My favorite song these days is You Make me Brave by Amanda Cook. It’s one of those songs that makes we wish I could sing. It refers to Peter’s experience walking on water:
“Lord, if it is You, command me to come to You on the water.” So He said, “Come.” And when Peter had come down out of the boat, he walked on the water to go to Jesus. (Matt 14:28-29)
Peter saw Jesus walking on the water and at that moment, he had the courage to step out of the boat and try walking on the water, too.
Encounters with Jesus make us brave. They make us stalwart and bold. They give us convictions to stand and do things we would have never done without Him. Time with God gives us a more divine perspective and reminds us that the greatest good is to please Him, not man. I am, by nature, a people-pleaser. But moments with God ground me and give me a stability and security to step out in ways I never could without Him.
Courage is a fruit of being in His presence; the more time we spend with Him, the more bold we’ll become. He gave Corrie Ten Boom the courage to hide Jews and Quakers the courage to aid escaped slaves.
So much of our Christian walk requires courage, both in big ways and small. It takes courage to share our faith with those who think Christianity is intolerant and irrelevant. It takes courage to stand firm in our convictions when others think we’re crazy or deluded.
If you’re single, it takes courage to break up with boyfriends you know are the wrong ones, not knowing if the right one will ever surface. It takes courage to keep doing the right thing, trusting that the reward is out there, though it’s nowhere in sight.
As a parent, it takes courage to homeschool, or private school or public school, when your friends are doing the opposite. It takes courage to medicate or not medicate that hyperactivity or to be more or less strict than the parents around you.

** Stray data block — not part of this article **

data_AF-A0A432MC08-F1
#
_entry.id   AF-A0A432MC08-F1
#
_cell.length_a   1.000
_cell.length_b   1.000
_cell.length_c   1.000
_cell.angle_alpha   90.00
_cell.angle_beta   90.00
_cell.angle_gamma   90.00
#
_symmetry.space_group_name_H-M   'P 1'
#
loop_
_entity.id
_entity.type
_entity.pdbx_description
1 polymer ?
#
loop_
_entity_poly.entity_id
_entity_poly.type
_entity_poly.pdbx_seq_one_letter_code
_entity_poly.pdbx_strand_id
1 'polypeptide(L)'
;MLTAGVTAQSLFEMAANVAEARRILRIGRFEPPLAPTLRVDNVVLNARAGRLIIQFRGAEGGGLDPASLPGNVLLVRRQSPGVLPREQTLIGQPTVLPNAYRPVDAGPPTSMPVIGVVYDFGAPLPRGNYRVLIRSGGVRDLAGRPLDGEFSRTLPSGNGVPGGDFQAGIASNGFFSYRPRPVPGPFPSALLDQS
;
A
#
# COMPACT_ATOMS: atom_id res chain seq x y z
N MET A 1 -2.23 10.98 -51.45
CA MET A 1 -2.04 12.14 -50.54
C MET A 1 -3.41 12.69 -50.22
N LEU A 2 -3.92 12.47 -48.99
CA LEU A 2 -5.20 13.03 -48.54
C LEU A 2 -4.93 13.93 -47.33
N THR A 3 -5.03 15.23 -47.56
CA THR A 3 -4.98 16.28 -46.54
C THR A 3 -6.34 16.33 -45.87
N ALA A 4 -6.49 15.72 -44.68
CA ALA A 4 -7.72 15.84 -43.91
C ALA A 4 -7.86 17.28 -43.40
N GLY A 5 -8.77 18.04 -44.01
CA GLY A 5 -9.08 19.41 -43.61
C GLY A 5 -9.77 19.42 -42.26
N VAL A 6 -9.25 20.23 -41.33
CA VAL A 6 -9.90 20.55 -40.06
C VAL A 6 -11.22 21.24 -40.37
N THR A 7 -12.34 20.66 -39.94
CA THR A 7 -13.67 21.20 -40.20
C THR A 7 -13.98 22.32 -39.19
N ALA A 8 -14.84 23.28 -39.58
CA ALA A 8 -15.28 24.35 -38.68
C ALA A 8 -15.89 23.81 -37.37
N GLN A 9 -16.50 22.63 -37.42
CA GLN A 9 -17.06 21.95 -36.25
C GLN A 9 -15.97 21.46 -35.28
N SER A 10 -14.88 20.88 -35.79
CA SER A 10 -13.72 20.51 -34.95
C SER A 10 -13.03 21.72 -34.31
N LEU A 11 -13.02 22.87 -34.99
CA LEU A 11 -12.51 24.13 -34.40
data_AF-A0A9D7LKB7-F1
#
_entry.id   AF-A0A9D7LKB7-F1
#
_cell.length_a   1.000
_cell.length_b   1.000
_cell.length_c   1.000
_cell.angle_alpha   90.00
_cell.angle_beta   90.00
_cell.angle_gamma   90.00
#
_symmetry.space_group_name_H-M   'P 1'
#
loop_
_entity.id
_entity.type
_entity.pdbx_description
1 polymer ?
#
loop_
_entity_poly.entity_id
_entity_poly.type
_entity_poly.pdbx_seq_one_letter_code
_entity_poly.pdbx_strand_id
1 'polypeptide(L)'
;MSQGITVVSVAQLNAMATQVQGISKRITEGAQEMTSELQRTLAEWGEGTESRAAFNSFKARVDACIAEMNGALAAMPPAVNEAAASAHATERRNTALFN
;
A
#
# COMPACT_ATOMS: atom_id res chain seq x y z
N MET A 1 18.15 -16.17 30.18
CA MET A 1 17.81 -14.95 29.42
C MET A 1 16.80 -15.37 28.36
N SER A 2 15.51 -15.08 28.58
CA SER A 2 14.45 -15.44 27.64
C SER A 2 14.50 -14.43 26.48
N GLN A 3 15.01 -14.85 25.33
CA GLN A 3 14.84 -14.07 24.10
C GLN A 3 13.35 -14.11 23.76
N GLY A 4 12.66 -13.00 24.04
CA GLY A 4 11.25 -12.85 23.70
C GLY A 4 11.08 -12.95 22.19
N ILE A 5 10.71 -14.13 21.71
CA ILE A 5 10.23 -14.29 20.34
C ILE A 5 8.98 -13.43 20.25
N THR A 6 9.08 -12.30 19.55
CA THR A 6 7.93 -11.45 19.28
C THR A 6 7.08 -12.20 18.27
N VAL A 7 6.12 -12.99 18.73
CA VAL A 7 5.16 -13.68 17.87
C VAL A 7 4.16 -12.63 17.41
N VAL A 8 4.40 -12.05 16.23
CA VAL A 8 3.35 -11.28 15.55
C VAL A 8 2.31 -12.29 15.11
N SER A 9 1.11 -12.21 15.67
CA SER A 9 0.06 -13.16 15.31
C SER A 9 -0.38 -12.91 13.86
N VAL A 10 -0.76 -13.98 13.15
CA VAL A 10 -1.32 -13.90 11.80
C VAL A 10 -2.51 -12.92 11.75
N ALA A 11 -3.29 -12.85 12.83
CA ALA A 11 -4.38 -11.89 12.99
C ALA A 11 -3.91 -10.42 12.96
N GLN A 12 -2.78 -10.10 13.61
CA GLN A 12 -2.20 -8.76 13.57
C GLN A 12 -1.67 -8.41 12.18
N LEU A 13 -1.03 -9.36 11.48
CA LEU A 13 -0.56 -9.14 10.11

It took courage to take my son out of a special education class and put him in a regular, general education class, simply because God told us to. We saw an ability in him others didn’t see and we took him out despite the wary warnings of teachers and specialists. And now, a year later, those same specialists admit that they were wrong and we were right and they marvel at how much our little guy is thriving. I don’t feel smug about this, just grateful that God made me brave.
It takes courage to swim upstream. Sometimes our acts of courage are only for us, but often our bravery paves the way for others to follow. We’re pioneering, and pioneering can be exhausting.
When you pioneer, you’re the first, the only and you can either cringe and cower at that reality or stand tall and lean on God who’s right there with you. You have no precedent to refer to, no predecessor to mentor you. Your only teacher is the Holy Spirit Himself.
You’re the only woman in your office, the only single adult in your family, the only Christian at your gym, the only person of color in your church or Bible study. God has placed you in that position because He has a assignment for you to carry out with confidence, and grace and humility. You can either shrink back in fear and refuse the call, or you can take a step and see what God does.
Peter was a pioneer. He was the only one of the disciples to get out of the boat. He got fearful and started to sink, but for a moment, he defied gravity and that indelibly marked his soul. It changed him. He came out of that experience with less fear and more wonder. He went to bed that night more equipped to be the world-changing apostle he was called to be.
So often, throughout both testaments, God tells his people to take courage, or to be strong and of good courage. He knows that swimming upstream is scary and He promises to be right there with us, swimming along side.